Being Bipolar


I am bipolar.  

There are so many preconceived notions out there about this disorder.  Let me clear a few things up.

First of all, I hear people all the time talk about how being bipolar means you’re unbelievably happy one second, and then super pissed the next, yelling and slamming doors or something.  Well, that’s not how it is for me.  For me, it means that for days at a time, I’m manic, which means I feel “high.”  I feel so energized, like I’ve just had way too many Red Bulls, even though I haven’t.  I can’t stop doing.  Doing anything, doing something, doing five things at once, doing ten things at once, doing a thousand things at once.  Doingdoingdoing.

I’ll clean the house furiously as if my life depends on it.  And it’s never enough.  I can’t stop.  My thoughts are racing.  I can’t sleep.  I write.  I write.  I write.  The thoughts come so fast and furiously that I can’t write them down as soon as they flash through my brain.  And I have to write them down.  I have to.  I have to or something bad will happen.  At least, that’s how it feels.  Like my world isn’t complete unless I write these thoughts down.  I can’t explain it.  So I either update Facebook or I type in a Word document or I scribble in the notepad I keep in my purse.

I feel euphoric.  But it’s uncomfortable.  Nothing is enough.  I need.  I want.  I need.  I want.  It’s still so hard for me not to drink.  Because being manic means I want something, anything, some sort of substance or vehicle that takes me higher and higher and higher.  It’s never enough.  I talk too much.  I say before I think.  I don’t want to.  It’s like I can’t control it.

I am impulsive.  Shopping.  I have to go shopping.  I don’t think about the consequences.

I can’t sleep.  The thoughts are racing faster.  I am entering a “mixed state.”  I am high and low at the same time.  I feel guilty.  I am a bad mother.  I am a terrible wife.  At least, that’s where my thoughts go.  I’ll never be good enough.  I am a bad person.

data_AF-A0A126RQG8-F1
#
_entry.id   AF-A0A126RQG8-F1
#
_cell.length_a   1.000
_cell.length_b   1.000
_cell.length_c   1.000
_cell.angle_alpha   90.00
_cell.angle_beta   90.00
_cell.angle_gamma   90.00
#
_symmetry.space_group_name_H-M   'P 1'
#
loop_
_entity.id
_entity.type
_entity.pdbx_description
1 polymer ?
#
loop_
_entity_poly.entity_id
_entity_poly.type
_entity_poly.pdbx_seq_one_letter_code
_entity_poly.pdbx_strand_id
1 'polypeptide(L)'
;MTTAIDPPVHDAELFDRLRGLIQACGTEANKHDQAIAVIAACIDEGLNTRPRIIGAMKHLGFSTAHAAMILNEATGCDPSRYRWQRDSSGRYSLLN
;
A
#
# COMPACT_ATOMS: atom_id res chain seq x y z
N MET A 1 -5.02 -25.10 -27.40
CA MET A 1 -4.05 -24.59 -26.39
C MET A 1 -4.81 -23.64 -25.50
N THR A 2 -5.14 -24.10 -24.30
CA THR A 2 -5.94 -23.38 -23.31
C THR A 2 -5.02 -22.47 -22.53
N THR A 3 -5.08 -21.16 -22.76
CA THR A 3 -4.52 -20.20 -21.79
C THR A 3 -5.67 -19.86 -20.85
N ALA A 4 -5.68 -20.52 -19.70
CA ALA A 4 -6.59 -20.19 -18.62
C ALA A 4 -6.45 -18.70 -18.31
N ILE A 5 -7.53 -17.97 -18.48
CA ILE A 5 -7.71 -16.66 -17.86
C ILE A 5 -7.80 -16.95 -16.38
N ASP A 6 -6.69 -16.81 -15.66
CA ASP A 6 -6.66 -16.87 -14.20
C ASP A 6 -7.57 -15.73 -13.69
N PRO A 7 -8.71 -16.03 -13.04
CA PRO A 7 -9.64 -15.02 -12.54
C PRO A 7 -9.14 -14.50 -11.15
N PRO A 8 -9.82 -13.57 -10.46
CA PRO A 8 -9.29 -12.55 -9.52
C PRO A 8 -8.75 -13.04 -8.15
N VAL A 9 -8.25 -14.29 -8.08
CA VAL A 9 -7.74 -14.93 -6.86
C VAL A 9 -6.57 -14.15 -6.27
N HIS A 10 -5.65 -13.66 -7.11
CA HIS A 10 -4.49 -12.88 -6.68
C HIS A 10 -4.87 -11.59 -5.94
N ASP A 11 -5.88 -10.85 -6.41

The insomnia leads to mania which leads to insomnia.  It’s a vicious cycle.

Once the mania finally wears off, I am depressed.  My body aches.  I weigh a thousand pounds.  I can’t eat.  I can’t shower.  Why bother?  We’re all going to die anyway.

There is an emptiness, an aching, a longing deep within my soul. I can't fill it. How do I fill it? I cry. I cry at everything. I can't stop. I don't know why. I don't want to live. I don't want to be here. Everyone is better off without me. I can't write. Even though I might have deadlines. I can't. I have no creative thoughts. my brain feels dull, numb. Like a rock. This is why I try to write ahead when I'm manic. When I'm depressed, the thoughts just won't come.
This is what it feels like to be bipolar. To be me. I don't know what "normal" feels like. This is my normal. I'm on medication now that seems to be working better than anything I've ever tried. I'm much more stabilized. But I still have the highs and lows. I don't want my family to worry about me, even though I know they do. I try to play along, to seem happy. Sometimes it's impossible though. I just want them to know that I'm really okay. And I am. I've learned to live with this. I know that in my deepest depression, the light will come. There is always light at the end of the tunnel. I tell myself that I am genuinely happy.

So if you’ve ever wondered what being bipolar is really like, here it is, in black and white.